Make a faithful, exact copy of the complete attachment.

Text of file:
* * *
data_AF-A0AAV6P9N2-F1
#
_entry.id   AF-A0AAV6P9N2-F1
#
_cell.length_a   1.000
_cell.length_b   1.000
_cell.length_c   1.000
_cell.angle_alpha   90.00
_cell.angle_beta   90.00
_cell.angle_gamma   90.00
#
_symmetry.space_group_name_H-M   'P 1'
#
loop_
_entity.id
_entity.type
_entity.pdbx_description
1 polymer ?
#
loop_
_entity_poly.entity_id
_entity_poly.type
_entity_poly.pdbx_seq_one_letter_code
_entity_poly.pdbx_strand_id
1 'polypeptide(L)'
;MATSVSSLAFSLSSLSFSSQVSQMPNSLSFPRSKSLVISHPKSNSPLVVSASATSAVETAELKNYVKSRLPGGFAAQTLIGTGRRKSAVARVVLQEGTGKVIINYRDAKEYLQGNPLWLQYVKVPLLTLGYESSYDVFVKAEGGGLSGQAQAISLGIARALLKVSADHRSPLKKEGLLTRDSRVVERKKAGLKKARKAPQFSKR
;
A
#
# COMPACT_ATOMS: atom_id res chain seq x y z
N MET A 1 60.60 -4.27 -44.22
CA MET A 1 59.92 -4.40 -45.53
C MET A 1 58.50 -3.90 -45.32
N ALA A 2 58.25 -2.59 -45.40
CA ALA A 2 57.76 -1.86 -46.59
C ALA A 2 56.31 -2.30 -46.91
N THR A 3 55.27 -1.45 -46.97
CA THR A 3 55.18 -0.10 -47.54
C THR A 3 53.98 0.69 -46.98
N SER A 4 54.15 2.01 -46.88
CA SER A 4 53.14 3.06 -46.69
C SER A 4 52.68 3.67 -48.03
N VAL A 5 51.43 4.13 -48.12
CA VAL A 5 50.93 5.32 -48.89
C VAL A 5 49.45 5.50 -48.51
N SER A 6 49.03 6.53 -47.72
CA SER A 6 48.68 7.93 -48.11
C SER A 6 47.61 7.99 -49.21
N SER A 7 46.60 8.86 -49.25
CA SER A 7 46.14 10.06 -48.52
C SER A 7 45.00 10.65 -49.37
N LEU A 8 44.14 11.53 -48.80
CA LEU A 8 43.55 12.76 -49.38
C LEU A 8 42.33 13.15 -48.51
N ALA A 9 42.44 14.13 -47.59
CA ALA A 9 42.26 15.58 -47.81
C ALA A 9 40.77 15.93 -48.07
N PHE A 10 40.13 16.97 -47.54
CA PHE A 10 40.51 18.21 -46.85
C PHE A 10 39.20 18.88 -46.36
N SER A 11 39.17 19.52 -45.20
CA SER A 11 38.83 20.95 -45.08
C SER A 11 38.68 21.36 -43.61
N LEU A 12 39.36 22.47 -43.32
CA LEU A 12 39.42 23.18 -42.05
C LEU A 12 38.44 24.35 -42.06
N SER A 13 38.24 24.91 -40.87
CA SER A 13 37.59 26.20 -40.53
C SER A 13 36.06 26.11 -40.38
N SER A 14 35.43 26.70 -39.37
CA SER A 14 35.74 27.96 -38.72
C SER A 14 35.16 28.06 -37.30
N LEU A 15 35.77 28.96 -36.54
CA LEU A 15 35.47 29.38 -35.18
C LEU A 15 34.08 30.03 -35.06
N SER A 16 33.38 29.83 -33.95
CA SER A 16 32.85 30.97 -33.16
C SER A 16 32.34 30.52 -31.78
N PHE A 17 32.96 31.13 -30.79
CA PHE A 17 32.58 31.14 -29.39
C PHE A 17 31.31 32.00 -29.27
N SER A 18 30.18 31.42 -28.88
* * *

data_AF-A0AAV6P9N2-F1
#
_entry.id   AF-A0AAV6P9N2-F1
#
_cell.length_a   1.000
_cell.length_b   1.000
_cell.length_c   1.000
_cell.angle_alpha   90.00
_cell.angle_beta   90.00
_cell.angle_gamma   90.00
#
_symmetry.space_group_name_H-M   'P 1'
#
loop_
_entity.id
_entity.type
_entity.pdbx_description
1 polymer ?
#
loop_
_entity_poly.entity_id
_entity_poly.type
_entity_poly.pdbx_seq_one_letter_code
_entity_poly.pdbx_strand_id
1 'polypeptide(L)'
;MATSVSSLAFSLSSLSFSSQVSQMPNSLSFPRSKSLVISHPKSNSPLVVSASATSAVETAELKNYVKSRLPGGFAAQTLIGTGRRKSAVARVVLQEGTGKVIINYRDAKEYLQGNPLWLQYVKVPLLTLGYESSYDVFVKAEGGGLSGQAQAISLGIARALLKVSADHRSPLKKEGLLTRDSRVVERKKAGLKKARKAPQFSKR
;
A
#
# COMPACT_ATOMS: atom_id res chain seq x y z
N MET A 1 60.60 -4.27 -44.22
CA MET A 1 59.92 -4.40 -45.53
C MET A 1 58.50 -3.90 -45.32
N ALA A 2 58.25 -2.59 -45.40
CA ALA A 2 57.76 -1.86 -46.59
C ALA A 2 56.31 -2.30 -46.91
N THR A 3 55.27 -1.45 -46.97
CA THR A 3 55.18 -0.10 -47.54
C THR A 3 53.98 0.69 -46.98
N SER A 4 54.15 2.01 -46.88
CA SER A 4 53.14 3.06 -46.69
C SER A 4 52.68 3.67 -48.03
N VAL A 5 51.43 4.13 -48.12
CA VAL A 5 50.93 5.32 -48.89
C VAL A 5 49.45 5.50 -48.51
N SER A 6 49.03 6.53 -47.72
CA SER A 6 48.68 7.93 -48.11
C SER A 6 47.61 7.99 -49.21
N SER A 7 46.60 8.86 -49.25
CA SER A 7 46.14 10.06 -48.52
C SER A 7 45.00 10.65 -49.37
N LEU A 8 44.14 11.53 -48.80
CA LEU A 8 43.55 12.76 -49.38
C LEU A 8 42.33 13.15 -48.51
N ALA A 9 42.44 14.13 -47.59
CA ALA A 9 42.26 15.58 -47.81
C ALA A 9 40.77 15.93 -48.07
N PHE A 10 40.13 16.97 -47.54
CA PHE A 10 40.51 18.21 -46.85
C PHE A 10 39.20 18.88 -46.36
N SER A 11 39.17 19.52 -45.20
CA SER A 11 38.83 20.95 -45.08
C SER A 11 38.68 21.36 -43.61
N LEU A 12 39.36 22.47 -43.32
CA LEU A 12 39.42 23.18 -42.05
C LEU A 12 38.44 24.35 -42.06
N SER A 13 38.24 24.91 -40.87
CA SER A 13 37.59 26.20 -40.53
C SER A 13 36.06 26.11 -40.38
N SER A 14 35.43 26.70 -39.37
CA SER A 14 35.74 27.96 -38.72
C SER A 14 35.16 28.06 -37.30
N LEU A 15 35.77 28.96 -36.54
CA LEU A 15 35.47 29.38 -35.18
C LEU A 15 34.08 30.03 -35.06
N SER A 16 33.38 29.83 -33.95
CA SER A 16 32.85 30.97 -33.16
C SER A 16 32.34 30.52 -31.78
N PHE A 17 32.96 31.13 -30.79
CA PHE A 17 32.58 31.14 -29.39
C PHE A 17 31.31 32.00 -29.27
N SER A 18 30.18 31.42 -28.88